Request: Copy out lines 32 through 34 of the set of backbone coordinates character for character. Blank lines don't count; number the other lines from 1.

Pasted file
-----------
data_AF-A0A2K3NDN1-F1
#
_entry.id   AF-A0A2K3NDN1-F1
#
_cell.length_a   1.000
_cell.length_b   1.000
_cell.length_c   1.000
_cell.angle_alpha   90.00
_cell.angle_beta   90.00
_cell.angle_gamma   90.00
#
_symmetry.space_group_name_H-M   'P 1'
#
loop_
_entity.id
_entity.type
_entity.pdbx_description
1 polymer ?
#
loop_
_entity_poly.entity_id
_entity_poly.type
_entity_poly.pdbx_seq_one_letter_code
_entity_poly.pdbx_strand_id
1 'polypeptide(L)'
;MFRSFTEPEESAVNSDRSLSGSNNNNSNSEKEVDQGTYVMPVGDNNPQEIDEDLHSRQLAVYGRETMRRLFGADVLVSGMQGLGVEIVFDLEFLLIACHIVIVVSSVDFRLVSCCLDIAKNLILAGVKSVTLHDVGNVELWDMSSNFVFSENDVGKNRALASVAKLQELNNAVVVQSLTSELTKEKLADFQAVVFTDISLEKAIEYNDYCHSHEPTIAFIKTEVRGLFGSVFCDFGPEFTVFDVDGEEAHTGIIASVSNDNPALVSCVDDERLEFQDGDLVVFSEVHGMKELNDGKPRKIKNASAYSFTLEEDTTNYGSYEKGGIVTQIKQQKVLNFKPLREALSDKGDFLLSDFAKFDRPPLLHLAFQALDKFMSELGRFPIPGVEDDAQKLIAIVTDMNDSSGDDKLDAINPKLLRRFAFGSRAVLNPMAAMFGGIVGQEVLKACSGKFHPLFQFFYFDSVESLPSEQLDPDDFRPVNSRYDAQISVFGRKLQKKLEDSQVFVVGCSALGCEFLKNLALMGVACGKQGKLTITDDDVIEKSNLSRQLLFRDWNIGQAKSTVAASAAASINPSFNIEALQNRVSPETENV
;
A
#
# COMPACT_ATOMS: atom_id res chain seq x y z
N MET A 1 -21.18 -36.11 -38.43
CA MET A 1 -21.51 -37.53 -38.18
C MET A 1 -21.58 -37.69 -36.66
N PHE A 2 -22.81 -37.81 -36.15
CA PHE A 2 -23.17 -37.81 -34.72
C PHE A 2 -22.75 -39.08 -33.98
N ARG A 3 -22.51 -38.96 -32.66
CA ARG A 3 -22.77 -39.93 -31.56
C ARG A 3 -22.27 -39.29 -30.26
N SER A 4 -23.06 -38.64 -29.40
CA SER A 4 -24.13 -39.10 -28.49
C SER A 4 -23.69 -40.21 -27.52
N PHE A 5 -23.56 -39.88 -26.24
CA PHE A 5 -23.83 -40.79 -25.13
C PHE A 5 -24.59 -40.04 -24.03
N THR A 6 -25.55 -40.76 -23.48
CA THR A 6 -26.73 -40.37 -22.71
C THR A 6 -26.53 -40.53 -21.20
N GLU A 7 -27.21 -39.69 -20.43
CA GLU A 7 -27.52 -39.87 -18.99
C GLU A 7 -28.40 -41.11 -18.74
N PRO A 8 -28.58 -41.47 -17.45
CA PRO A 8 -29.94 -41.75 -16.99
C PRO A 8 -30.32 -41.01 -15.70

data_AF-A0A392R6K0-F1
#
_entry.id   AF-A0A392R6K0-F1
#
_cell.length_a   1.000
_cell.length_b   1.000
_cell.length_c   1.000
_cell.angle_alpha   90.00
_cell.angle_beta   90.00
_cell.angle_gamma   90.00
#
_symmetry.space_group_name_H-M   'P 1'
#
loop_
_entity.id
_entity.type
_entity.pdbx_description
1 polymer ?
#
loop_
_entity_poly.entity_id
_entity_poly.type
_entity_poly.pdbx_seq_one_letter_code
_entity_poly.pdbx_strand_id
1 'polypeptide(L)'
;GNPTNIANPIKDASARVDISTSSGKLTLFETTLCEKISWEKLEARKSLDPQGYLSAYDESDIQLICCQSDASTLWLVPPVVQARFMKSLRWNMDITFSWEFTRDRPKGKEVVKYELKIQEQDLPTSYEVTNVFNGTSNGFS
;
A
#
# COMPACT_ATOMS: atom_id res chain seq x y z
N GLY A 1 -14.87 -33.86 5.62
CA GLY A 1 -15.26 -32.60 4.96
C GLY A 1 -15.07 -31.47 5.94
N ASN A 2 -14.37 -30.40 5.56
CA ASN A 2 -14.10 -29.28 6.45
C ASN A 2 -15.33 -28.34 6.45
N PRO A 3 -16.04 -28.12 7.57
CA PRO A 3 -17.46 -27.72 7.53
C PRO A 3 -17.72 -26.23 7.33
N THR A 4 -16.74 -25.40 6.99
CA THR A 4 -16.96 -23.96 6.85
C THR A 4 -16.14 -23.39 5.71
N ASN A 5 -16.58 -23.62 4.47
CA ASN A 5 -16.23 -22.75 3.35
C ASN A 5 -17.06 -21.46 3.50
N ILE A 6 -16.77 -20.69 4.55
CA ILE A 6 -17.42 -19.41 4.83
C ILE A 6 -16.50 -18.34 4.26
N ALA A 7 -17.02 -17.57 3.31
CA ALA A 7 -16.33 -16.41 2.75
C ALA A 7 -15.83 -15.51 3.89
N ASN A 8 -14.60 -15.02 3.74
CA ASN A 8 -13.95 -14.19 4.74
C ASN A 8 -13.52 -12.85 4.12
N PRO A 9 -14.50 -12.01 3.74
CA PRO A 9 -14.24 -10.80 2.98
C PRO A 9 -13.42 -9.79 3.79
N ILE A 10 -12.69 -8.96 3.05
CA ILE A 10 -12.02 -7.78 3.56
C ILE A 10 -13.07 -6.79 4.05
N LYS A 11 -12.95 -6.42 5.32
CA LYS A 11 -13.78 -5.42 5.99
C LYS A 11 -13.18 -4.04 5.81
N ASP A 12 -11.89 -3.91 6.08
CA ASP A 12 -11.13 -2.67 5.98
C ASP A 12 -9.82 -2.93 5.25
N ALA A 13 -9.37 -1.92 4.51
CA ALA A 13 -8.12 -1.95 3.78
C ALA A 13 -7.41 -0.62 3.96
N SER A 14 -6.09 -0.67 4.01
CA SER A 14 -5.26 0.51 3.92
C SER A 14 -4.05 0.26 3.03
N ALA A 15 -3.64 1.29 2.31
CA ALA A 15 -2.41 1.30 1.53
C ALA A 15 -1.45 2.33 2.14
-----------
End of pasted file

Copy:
CA MET A 1 -21.51 -37.53 -38.18
C MET A 1 -21.58 -37.69 -36.66
N PHE A 2 -22.81 -37.81 -36.15